The economy doesn't seem to have hampered tax collections in Forsyth County.
In fact, the county has ranked in the top five in the state for collection rates for about five or six years, said Matthew Ledbetter, tax commissioner.
"That really means something that the citizens support the local economy and the tax system," he said.
Ledbetter said about 95 percent of payments, or nearly $190 million of a projected $200 million, have come in. That puts the county 5 percent ahead of this time last year.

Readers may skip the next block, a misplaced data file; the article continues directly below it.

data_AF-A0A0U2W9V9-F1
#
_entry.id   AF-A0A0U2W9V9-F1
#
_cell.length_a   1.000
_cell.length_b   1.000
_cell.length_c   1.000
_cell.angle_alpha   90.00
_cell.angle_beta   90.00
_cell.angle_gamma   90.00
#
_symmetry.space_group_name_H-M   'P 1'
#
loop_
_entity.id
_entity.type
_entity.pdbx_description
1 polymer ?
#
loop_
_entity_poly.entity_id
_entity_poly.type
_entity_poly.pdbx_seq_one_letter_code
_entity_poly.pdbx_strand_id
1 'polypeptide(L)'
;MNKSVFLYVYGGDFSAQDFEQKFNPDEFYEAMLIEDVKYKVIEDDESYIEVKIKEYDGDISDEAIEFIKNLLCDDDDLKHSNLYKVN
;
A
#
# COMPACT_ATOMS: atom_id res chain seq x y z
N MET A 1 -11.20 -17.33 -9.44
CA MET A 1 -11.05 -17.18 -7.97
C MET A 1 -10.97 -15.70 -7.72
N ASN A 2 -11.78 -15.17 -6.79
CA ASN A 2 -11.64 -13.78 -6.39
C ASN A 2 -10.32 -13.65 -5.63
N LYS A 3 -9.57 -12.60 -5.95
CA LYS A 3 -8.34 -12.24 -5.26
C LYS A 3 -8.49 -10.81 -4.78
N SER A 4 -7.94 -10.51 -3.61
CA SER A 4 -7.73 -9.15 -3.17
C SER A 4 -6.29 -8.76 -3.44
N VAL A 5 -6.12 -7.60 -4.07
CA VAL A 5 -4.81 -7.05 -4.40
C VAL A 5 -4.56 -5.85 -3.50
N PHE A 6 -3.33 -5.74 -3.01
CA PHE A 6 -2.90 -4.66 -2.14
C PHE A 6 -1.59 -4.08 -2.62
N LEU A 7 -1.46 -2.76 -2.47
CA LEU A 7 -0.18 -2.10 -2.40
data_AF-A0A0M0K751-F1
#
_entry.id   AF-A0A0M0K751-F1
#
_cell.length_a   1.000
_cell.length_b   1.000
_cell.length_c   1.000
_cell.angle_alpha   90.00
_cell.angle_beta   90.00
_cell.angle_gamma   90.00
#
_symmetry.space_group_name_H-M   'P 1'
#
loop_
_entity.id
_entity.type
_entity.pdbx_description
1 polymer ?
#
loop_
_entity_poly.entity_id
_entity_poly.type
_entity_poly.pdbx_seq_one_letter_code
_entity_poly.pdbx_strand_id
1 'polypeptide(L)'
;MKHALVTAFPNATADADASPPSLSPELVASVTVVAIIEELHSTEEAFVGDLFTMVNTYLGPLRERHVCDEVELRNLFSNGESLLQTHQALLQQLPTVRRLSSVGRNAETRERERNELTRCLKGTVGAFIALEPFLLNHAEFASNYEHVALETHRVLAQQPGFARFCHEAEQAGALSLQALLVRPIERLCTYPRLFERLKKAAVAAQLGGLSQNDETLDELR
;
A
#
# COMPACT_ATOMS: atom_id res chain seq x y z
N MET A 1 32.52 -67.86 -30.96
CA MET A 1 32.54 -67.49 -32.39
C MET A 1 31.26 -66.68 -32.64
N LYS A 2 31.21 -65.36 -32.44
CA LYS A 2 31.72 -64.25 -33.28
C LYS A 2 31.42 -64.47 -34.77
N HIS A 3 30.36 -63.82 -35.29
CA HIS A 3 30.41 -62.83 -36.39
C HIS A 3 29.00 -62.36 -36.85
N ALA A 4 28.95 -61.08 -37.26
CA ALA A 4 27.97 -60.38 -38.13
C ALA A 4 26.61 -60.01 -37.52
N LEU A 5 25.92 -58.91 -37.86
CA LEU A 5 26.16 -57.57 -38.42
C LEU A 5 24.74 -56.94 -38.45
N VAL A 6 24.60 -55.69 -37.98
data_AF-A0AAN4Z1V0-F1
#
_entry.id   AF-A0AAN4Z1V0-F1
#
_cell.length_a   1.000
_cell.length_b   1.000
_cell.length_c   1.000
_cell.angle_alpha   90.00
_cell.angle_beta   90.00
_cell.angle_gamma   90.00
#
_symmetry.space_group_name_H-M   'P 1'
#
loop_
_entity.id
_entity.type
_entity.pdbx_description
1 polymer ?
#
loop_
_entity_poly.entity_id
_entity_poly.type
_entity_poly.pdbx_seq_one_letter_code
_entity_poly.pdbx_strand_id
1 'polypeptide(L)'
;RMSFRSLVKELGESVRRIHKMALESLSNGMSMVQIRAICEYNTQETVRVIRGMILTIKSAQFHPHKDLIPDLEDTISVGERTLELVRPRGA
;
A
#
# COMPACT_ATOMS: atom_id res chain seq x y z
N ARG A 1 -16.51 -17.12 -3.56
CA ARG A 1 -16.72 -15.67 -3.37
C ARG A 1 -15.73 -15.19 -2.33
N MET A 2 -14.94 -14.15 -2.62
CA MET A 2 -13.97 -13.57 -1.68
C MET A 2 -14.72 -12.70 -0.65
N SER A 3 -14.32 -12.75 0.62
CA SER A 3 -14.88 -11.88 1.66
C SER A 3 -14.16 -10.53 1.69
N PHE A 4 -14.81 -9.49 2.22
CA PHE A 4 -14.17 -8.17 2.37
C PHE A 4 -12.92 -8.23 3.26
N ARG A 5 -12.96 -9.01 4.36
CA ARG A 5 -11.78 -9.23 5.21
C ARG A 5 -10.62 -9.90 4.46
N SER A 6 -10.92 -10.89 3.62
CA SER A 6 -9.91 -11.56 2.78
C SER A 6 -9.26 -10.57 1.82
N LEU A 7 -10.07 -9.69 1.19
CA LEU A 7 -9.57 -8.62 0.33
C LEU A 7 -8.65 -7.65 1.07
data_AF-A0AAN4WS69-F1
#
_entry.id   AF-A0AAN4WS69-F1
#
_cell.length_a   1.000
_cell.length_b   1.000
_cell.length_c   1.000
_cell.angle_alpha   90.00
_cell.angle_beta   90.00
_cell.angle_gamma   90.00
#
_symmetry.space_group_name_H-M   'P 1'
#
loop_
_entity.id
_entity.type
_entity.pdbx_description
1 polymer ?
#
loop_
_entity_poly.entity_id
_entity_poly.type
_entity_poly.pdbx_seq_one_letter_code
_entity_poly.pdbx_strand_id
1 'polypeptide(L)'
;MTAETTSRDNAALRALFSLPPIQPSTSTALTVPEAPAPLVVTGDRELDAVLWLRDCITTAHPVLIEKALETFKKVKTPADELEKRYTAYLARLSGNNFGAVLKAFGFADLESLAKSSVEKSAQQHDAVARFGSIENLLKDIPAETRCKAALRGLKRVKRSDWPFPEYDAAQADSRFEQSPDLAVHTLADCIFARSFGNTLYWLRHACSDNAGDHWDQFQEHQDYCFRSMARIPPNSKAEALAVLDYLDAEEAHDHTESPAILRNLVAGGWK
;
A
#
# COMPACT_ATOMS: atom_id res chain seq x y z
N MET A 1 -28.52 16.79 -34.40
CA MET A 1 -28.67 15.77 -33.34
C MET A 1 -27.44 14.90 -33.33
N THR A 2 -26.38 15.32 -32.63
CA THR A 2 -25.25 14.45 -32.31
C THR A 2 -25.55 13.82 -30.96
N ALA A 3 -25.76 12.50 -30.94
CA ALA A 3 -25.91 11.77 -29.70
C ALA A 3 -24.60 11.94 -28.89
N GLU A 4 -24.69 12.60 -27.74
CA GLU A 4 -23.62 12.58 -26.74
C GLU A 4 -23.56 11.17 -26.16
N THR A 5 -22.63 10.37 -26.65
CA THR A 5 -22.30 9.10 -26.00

He said about 92 to 93 percent of property owners paid their bills by the Nov. 15 deadline, which also tops 2009's on-time returns of about 88 percent.
"We are very appreciative to the citizens for those numbers. That's something to be proud of," said Ledbetter, adding that collecting taxes on time benefits the county in a number of ways.
"Our bonds are set according to our collection rates," he said. "Also, the county and the board of education are able to obtain interest on that money, which in turn helps all of us."
Per state requirements, a 1 percent penalty is added each month a tax bill is late.
An additional 1 percent will be added to bills paid after Dec. 15 and Jan. 15.
On Feb. 15, a 10 percent penalty is assessed, which is also imposed and set by the state.